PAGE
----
Raemaekers et al Article
measuredbrain activity in schizophrenic patients and healthy control subjects during3 oculomotor tasks using event-related functional magnetic resonance imaging. Patients engaged the frontal brain regions normally during saccadic inhibition. In contrast with controls, however, they did not activate the striatum, suggesting a frontostriatal abnormality rather than a selective frontal malfunction during inhibition.
Left temporal auditory P300 amplitude reduction is associated with reduced gray matter volume of the left posterior superior temporal gyms (LPSTG) in chronic schizophrenia. To determine whether this association was present at first episode and specific to schizophrenia, McCarley et al Article
evaluated healthy normal controls and patients with schizophrenia and affective (mainly manic) psychosis at first hospitalization. Specific to schizophrenia were findings of P300 left temporal amplitude reduction, LPSTG matter volume reduction, and LPSTG–left temporal P300 correlation. These data suggest that interrelated functional and structural temporal lobe abnormalities are specific and critical features of both early and chronic schizophrenia.
McCreadie et al Article
havepreviously found in southern India that spontaneous dyskinesia is common in chronically ill, never-treated schizophrenic patients. They now report brain structure findings from magnetic resonance imaging. The left lenticular nucleus is larger in dyskinetic patients, and the lateral ventricle–hemisphere ratio is larger in nondyskinetic patients when compared with controls. In controls but not patients, increasing age was associated with decreased basal ganglia volume. The results suggest a subgroup of schizophrenia: dyskinetic patients with striatal pathology.
Hyperglycemia and type 2 diabetes mellitus are reported to be more common in schizophrenic patients than in the general population. Glucoregulatory abnormalities have also been associated with antipsychotic treatment. Newcomer et al Article
report that during fasting oral glucose tolerance tests, nondiabetic patients taking olanzapine and clozapine had higher plasma glucose levels than age- and adiposity-matched patients taking typical antipsychotics. Patients taking olanzapine, clozapine, and risperidone had higher plasma glucose levels compared with matched controls.
Daskalakis et al Article
reportedthat cortical inhibition is impaired in unmedicated patients with schizophrenia. In medicated patients cortical inhibition is increased compared with their unmedicated counterparts. Their results suggest that schizophrenia is associated with deficits in cortical inhibition that may be normalized with antipsychotic medications.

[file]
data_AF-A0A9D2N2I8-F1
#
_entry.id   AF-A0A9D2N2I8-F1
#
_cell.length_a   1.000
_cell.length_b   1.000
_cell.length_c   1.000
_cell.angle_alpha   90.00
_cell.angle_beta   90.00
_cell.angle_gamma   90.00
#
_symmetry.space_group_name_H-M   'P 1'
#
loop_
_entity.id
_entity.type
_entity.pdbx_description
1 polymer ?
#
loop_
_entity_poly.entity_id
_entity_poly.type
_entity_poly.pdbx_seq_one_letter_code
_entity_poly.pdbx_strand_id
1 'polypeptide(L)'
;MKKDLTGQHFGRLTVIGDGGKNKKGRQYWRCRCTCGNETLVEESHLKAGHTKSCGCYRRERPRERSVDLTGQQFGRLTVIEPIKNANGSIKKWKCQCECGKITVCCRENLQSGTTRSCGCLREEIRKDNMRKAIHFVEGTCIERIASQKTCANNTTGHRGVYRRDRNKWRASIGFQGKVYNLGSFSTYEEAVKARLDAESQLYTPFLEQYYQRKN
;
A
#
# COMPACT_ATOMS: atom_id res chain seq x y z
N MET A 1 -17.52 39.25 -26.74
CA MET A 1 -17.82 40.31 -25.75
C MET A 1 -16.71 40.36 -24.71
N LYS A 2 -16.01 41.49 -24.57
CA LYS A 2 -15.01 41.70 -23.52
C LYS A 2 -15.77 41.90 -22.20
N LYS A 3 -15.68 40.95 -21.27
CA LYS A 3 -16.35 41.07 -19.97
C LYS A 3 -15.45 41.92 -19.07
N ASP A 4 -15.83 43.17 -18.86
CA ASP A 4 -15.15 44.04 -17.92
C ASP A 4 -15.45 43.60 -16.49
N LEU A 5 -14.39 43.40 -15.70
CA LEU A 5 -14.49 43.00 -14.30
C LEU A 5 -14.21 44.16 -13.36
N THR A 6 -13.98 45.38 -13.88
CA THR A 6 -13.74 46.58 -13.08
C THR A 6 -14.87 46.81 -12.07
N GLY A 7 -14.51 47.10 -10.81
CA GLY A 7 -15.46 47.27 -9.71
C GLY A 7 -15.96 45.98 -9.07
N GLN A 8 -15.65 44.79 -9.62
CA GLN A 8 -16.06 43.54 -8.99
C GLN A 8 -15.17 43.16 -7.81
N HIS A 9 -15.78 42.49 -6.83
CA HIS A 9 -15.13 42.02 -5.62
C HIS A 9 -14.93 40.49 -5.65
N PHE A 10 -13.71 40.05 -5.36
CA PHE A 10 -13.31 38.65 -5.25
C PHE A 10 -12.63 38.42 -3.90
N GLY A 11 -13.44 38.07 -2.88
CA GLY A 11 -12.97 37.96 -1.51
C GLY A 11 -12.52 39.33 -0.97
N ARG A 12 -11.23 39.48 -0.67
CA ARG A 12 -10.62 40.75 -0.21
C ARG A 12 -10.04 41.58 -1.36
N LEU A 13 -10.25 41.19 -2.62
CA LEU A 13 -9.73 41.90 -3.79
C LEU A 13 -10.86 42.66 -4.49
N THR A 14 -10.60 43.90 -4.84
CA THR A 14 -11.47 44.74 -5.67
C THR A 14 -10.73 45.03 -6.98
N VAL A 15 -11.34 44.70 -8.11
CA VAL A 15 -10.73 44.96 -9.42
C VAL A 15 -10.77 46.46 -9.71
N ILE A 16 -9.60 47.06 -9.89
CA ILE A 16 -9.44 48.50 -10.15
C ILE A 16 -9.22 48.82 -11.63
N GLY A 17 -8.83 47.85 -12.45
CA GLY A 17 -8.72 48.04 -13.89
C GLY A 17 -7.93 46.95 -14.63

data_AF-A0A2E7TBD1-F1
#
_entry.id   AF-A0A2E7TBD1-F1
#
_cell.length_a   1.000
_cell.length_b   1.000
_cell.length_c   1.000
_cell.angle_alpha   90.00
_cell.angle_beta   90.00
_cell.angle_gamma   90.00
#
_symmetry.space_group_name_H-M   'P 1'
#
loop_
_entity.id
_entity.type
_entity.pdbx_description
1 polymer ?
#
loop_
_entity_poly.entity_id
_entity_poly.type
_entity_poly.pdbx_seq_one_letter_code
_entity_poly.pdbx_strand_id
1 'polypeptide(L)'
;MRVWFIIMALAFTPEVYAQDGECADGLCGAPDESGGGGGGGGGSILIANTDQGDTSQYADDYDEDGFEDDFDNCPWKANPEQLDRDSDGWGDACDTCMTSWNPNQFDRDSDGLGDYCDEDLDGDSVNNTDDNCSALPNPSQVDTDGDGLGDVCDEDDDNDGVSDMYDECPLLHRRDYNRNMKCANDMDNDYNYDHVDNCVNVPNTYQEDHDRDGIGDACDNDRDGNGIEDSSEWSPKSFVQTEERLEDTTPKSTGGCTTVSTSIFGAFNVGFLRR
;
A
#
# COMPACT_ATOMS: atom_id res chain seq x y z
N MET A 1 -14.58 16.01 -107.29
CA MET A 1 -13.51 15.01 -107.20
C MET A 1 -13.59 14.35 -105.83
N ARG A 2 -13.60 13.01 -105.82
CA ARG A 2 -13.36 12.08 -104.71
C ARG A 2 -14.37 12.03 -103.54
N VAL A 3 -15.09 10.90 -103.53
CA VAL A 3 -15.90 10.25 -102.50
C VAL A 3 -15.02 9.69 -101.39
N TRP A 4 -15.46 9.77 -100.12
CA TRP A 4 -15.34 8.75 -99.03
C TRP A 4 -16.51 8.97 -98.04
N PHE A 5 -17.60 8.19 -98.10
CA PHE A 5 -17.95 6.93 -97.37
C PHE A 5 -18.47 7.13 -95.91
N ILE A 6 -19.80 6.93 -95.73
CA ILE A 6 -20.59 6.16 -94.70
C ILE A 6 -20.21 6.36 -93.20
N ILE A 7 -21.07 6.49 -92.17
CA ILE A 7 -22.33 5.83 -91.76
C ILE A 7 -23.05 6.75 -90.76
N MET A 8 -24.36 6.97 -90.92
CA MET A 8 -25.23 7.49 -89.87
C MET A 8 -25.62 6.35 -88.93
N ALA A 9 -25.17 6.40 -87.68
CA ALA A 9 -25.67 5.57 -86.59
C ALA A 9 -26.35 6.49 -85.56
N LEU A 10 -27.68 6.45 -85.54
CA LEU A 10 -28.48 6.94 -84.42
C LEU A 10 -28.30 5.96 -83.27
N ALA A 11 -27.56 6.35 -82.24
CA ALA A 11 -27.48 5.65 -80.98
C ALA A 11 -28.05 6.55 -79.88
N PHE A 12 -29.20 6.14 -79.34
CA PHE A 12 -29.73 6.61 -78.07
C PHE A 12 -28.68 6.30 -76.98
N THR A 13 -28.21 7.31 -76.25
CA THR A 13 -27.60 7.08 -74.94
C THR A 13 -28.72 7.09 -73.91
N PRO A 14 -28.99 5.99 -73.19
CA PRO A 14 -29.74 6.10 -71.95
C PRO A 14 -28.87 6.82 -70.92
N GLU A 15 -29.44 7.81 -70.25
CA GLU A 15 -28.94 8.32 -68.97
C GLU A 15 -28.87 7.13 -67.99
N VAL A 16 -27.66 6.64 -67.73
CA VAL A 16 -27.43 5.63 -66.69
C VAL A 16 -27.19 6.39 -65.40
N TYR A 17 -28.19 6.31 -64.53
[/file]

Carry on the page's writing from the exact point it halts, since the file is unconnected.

Fenton et al Article evaluated the cost-effectiveness of acute care in a crisis residential setting for patients with serious mental illness willing to accept voluntary treatment. Compared with usual treatment in a hospital psychiatric ward, the crisis residential model reduced episode and 6-month treatment costs while delivering comparable symptom reduction and days of community functioning. Access to acute care might be extended using a mix of hospital, crisis residential, and community support services.
In a community sample of adolescents and young adults, Lieb et al Article found that offspring of depressed parents have elevated rates of depressive disorders and other mental disorders, such as specific anxiety and substance use disorders. Offspring with 2 affected parents had an earlier onset of depression than those without affected parents. Offspring of affected parents also reported a more malignant course of depression, suggesting that parental depression seems to influence the natural course of depression in the early stages of manifestation.
Difficulty diagnosing major depressive disorder in alcohol- and drug-abusing patients has led to inconsistencies with the relationship of depression to substance outcome. Hasin et al Article present evidence of differential effects of major depression occurring under different temporal relationships to substance dependence. Research on the reasons for differences in the effects (for example, effects of different levels or types of disability) may yield clinically useful information.
Phillips et al Article studiedresponse to fluoxetine in the first placebo-controlled study of body dysmorphic disorder (BDD). Fluoxetine was generally well tolerated and significantly more efficacious than placebo for BDD, beginning at week 8 and continuing at weeks 10 and 12. Symptoms were as likely to improve in patients with delusional BDD as in those who were nondelusional. This study indicates that fluoxetine is safe and effective for both delusional and nondelusional BDD.
This Month in Archives of General Psychiatry. Arch Gen Psychiatry. 2002;59(4):310. doi:10.1001/archpsyc.59.4.310